But what about considering where crowdfunding and angel investing intersect? Can these two forms of startup fundraising co-exist peacefully or might crowdfunding pose a threat to angel investors?
In short, it’s too early to say, but angels shouldn’t be too quick to regard crowdfunding as entirely benign. It’s not hard to imagine crowdfunding increasing competition for good deals and reducing angel investors’ access to quality dealflow.
Crowdfunding has been enjoying its moment in the sun thanks to the recently passed federal JOBS Act, which, in part, opens up the market for crowdfunding and makes it more attractive to both entrepreneurs and investors.
Many specific details of the JOBS Act are still to be determined, and much of the legislation won’t take effect until next year. But we do know that the JOBS Act permits companies to raise up to $1 million through crowdfunding over a 12-month period in exchange for issuing equity or debt to investors.
There are plenty of other details to the law, including that companies must source crowdfunded investments through brokers or funding portals like Kickstarter, RocketHub or WeFunder. But for angel investors, the big question about crowdfunding revolves around whether it’ll essentially allow a select group of entrepreneurs to go directly to the public and bypass formal angel funds and networks.
Todd Federman, executive director with the North Coast Angel Fund in Cleveland, said that he views crowdfunding as a positive for angels in that it figures to increase the universe of startups that could represent investment targets for angels. (North Coast recently invested in SoMoLend, a debt-based crowdfunding platform.)
“I see crowdfunding as complementary to angel investing, with the caveat that I have no idea how this will play out,” Federman recently said at a panel discussion on crowdfunding.
Angel groups like Federman’s typically invest between $500,000 and a few million in companies, he said. And even though startups are permitted to raise up to $1 million through crowdfunding, it’s anyone’s guess how many companies will actually be able to max out their crowdfunding amounts.
So by that logic, angel investing and crowdfunding are, in fact, complementary: Angels will largely focus on companies that need more than about $500,000, while startups that require or are only able to obtain smaller amounts of cash will go the crowdfunding route.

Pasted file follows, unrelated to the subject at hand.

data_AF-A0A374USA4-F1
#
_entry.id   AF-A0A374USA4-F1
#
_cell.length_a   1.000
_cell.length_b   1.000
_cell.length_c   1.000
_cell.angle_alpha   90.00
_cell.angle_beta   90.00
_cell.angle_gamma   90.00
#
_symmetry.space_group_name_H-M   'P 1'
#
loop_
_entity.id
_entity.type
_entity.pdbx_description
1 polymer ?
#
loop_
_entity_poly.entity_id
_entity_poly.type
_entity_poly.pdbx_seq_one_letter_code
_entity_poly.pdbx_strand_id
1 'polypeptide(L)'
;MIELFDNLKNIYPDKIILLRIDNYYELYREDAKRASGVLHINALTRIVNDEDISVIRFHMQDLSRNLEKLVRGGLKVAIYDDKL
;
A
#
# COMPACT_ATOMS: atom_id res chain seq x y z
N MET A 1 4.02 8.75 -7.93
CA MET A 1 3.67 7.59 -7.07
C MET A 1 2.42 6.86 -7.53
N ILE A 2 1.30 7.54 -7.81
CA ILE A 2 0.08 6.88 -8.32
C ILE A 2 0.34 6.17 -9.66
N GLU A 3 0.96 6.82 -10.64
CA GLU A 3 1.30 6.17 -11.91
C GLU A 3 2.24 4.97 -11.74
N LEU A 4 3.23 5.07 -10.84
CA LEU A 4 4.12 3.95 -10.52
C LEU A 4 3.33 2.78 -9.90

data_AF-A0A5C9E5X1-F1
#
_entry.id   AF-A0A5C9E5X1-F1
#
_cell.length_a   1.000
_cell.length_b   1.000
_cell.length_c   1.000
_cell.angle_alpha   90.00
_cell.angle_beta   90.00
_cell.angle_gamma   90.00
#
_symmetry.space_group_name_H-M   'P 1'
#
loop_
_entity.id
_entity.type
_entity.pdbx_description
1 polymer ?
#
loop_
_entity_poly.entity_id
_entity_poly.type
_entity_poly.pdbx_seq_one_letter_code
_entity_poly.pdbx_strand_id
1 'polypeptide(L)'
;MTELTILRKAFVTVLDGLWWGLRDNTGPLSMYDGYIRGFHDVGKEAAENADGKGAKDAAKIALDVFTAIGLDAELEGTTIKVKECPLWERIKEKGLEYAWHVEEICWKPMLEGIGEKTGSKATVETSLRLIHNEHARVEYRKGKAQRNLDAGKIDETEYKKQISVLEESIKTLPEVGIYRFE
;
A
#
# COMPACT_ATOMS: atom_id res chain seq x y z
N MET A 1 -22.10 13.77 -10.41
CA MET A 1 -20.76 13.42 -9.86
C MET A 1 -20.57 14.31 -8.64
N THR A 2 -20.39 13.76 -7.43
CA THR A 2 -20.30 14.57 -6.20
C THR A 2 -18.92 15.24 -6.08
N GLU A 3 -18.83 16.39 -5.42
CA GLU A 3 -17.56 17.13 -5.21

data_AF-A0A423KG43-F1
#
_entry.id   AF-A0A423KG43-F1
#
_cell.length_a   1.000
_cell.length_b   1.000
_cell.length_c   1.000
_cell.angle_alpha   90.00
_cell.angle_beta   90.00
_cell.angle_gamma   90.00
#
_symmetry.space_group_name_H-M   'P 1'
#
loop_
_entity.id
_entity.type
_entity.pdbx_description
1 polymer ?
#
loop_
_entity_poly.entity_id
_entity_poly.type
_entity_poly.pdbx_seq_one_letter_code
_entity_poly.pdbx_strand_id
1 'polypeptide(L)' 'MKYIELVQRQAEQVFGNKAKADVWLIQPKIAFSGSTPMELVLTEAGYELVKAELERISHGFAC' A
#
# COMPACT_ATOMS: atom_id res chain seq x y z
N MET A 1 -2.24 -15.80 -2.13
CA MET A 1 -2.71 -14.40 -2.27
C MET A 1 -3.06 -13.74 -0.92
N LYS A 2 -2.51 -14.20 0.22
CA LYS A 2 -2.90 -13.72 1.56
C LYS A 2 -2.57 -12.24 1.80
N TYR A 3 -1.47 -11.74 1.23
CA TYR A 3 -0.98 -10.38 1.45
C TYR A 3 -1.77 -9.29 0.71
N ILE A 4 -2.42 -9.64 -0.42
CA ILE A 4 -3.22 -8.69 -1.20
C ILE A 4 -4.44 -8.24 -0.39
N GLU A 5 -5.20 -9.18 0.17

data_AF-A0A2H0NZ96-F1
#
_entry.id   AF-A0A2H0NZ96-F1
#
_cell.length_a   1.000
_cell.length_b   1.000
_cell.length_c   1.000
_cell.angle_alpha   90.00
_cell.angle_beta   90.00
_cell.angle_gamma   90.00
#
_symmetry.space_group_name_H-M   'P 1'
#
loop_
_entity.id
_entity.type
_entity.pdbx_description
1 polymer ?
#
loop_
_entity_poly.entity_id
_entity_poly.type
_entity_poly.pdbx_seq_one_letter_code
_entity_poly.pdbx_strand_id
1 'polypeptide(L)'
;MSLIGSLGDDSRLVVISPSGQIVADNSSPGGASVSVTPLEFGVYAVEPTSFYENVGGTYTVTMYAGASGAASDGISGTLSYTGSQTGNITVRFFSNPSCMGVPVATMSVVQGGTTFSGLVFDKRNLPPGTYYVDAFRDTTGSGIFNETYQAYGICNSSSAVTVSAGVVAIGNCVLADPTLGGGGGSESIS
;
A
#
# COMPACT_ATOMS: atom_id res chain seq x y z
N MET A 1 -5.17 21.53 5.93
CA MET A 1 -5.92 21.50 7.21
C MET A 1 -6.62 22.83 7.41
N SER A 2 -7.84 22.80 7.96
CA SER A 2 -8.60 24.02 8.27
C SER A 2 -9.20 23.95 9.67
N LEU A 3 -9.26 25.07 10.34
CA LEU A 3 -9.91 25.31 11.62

But it may not be that simple, according to Sean Peppard, a business attorney with Ulmer & Berne in Cleveland. Peppard said he largely shares Federman’s view, but ran through a couple scenarios in which crowdfunding could represent a threat to angel investors.
“It depends on how robust the crowdfunding industry becomes,” Peppard said. “If mechanisms are developed to make it easy and workable, then potentially people wouldn’t turn to angels. They’d turn to crowdfunding sites instead.”
For one thing, crowdfunding holds the potential to be much quicker and easier (and also less painful) to startup entrepreneurs. When fundraising, entrepreneurs typically must do endless amounts of shaking hands, knocking on doors and presenting to investors. Certainly there’s a value to entrepreneurs in doing that to build up their networks, but what if they could simply post company information on a crowdfunding website and have investors come to them?
Then there’s the potential problem of “cherry-picking,” according to Peppard. Startups in particularly hot areas that capture the public’s imagination – think social networking – could have such an easier time raising cash through crowdfunding that they’d eschew angels altogether. In this scenario, angel investors would essentially be frozen out of potential dealflow in the hottest sectors.
Of course, how things play out in the real world is rarely neat and tidy, so while it’s easy to conjecture on crowdfunding, we’re still likely years away from knowing exactly how it’ll change the investment landscape.
But angels would be wise to at least view crowdfunding with a critical eye before embracing it wholeheartedly.
“The risk to the angel business model is that the way they traditionally find companies will go away because crowdfunding will replace it,” Peppard said. “But if crowdfunding is more limited, it won’t pose a real risk to angels.”